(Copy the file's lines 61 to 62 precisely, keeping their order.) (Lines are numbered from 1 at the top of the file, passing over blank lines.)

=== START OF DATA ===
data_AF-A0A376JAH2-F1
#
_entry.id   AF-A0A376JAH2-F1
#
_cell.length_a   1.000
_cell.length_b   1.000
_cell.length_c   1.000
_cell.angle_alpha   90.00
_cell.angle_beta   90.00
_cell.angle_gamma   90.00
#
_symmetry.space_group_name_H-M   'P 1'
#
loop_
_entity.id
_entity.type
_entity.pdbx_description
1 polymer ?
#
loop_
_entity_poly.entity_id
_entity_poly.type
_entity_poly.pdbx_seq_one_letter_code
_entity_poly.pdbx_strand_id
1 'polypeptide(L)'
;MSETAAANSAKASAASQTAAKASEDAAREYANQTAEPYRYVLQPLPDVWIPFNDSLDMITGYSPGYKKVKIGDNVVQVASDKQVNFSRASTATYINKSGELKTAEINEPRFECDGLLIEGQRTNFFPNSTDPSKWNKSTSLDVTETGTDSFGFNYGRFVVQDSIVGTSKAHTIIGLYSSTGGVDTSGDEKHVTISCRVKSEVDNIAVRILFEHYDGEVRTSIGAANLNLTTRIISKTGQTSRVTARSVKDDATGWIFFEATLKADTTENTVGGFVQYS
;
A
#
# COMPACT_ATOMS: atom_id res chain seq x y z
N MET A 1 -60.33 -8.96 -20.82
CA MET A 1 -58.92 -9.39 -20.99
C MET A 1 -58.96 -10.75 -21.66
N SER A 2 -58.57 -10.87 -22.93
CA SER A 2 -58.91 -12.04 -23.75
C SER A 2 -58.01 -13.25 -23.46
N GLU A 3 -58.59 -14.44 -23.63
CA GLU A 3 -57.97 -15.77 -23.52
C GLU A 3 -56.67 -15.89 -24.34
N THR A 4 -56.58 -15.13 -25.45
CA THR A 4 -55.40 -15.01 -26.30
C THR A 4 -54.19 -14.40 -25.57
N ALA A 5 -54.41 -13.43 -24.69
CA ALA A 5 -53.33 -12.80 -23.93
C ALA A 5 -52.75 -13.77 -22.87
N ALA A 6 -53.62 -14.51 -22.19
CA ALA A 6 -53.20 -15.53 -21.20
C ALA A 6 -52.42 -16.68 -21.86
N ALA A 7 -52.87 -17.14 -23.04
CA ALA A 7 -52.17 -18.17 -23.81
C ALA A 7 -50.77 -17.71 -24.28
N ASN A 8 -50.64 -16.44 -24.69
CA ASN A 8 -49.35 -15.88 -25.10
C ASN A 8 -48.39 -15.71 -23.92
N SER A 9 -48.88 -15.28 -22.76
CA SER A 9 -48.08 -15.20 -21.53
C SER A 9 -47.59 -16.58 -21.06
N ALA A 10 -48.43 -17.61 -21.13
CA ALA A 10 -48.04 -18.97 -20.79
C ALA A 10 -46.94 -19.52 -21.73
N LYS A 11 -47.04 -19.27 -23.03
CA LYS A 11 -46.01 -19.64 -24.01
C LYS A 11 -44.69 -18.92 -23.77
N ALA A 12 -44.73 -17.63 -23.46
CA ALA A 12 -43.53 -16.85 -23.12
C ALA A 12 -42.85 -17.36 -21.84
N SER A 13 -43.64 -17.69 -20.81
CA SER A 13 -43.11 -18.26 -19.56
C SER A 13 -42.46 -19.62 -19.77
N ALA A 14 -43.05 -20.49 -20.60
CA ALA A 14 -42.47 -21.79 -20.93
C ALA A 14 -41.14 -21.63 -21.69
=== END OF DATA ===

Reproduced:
N LYS A 11 -47.04 -19.27 -23.03
CA LYS A 11 -46.01 -19.64 -24.01